Small RSA Keys Blocked, Will Trouble Follow?
While malware will have to use a new trick to infect systems, Microsoft's solution may hurt those who have dealings overseas.
Microsoft has been talking about Web certificates pretty much nonstop since news broke that the Flame malware got around by fooling Windows machines into thinking that it was a safe, secure and trusted program.
Every Patch Tuesday for the past few months the company brought up its plans of automatically blocking any RSA keys that are less than 1024 bits in length. But until yesterday, it was only talk.
Now with Security Advisory 2661254, Microsoft has provided a download for enterprises that will block any small certificates from being waved through a system.
But why only make this a download and not an automatic update? Because Microsoft knows that there are those non-Flame, non-malware companies that are still foolishly using short RSA keys. So if your company's got the length, download the update now. If your certificate is lacking a bit, fix that immediately!
While the update isn't currently mandatory, it will be very soon.
Anything that stops malware in its tracks is a good thing. However, security experts are warning about the downside of limiting the certificate length.
Speaking on how this download could theoretically cripple an organization that does a ton of business overseas, Paul Henry said that this security fix may be causing more problems than it solves:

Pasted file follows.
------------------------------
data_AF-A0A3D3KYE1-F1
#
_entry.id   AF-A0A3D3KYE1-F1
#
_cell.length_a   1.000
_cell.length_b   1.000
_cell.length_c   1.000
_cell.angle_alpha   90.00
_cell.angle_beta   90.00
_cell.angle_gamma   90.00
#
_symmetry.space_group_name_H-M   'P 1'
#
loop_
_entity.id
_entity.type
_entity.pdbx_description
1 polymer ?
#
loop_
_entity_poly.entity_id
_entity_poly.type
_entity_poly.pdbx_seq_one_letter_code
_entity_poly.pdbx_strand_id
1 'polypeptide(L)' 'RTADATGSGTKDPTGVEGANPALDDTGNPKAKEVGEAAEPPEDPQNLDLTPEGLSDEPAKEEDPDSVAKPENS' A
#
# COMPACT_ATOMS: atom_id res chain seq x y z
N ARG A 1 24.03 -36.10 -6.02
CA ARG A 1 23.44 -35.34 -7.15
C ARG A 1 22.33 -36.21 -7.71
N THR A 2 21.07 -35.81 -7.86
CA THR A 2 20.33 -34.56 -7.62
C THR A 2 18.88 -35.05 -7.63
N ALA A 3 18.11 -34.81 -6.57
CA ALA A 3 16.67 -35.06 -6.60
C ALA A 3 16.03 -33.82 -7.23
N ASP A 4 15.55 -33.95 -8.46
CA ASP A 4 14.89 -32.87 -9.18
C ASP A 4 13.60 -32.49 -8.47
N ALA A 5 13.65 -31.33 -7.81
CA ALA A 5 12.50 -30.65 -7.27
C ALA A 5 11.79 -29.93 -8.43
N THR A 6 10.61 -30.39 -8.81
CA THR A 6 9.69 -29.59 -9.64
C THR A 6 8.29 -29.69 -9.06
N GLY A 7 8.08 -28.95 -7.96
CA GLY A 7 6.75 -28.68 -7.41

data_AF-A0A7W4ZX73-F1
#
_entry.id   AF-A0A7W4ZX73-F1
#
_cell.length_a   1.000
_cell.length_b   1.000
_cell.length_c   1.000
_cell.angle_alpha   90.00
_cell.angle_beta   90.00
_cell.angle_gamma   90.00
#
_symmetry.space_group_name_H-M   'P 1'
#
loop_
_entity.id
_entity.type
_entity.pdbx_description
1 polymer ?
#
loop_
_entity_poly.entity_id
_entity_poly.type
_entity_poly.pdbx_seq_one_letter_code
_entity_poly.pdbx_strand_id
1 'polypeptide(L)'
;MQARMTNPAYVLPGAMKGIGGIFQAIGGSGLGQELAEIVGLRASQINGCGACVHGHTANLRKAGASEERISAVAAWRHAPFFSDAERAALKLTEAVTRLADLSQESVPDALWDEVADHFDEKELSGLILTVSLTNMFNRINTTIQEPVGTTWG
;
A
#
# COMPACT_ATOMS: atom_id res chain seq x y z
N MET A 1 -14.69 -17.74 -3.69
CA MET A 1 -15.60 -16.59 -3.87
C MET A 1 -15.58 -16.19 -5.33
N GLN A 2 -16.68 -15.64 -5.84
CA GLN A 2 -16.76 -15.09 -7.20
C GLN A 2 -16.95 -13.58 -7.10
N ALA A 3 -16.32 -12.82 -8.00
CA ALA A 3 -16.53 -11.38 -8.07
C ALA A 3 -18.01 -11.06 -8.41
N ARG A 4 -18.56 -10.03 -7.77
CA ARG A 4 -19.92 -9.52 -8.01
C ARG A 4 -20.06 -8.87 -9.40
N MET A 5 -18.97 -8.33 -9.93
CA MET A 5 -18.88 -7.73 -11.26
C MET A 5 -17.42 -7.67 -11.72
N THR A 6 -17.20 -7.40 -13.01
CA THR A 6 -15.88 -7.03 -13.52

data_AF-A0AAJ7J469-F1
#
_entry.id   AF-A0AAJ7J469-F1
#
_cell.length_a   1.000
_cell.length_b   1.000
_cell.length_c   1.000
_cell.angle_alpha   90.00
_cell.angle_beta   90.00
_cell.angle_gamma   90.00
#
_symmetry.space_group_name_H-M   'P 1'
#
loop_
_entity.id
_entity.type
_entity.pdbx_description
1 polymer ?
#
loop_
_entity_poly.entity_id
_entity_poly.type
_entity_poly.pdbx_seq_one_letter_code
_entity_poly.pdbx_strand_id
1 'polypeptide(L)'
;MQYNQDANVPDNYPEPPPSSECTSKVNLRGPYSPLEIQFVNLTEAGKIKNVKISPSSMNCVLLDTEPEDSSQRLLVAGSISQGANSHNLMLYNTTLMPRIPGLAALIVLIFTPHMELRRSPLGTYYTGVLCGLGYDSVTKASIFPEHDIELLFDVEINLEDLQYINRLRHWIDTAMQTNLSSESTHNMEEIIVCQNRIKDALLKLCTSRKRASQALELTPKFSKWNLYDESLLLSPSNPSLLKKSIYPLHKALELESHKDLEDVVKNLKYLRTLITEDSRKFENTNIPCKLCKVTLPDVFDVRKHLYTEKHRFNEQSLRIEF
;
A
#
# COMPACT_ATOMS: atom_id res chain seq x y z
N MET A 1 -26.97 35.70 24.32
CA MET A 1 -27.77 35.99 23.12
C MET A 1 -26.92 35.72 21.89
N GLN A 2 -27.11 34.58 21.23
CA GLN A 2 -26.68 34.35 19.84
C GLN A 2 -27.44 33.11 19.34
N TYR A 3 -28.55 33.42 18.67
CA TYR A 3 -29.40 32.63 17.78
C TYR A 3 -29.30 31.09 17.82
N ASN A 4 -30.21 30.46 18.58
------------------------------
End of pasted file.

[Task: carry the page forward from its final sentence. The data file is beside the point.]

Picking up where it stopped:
"This could create serious problems with computers using client server communications with these certificates. It may also have USA Export Permit ramifications for US firms that sell encryption products to clients outside of the US. Previously, in order to export a product, you had to use less than 256-bit encryption or apply for an export permit. Rather than going through the paperwork and time involved in getting an export permit, many chose to go with 256-bit encryption."
Henry said that companies who do encrypted products overseas can apply to the U.S. government to obtain longer encryption certificates. The problem, however, is that with anything related to the federal government, who knows how long this will take.
Is your enterprise ready for the change in security certificates? Let us know in the comments below.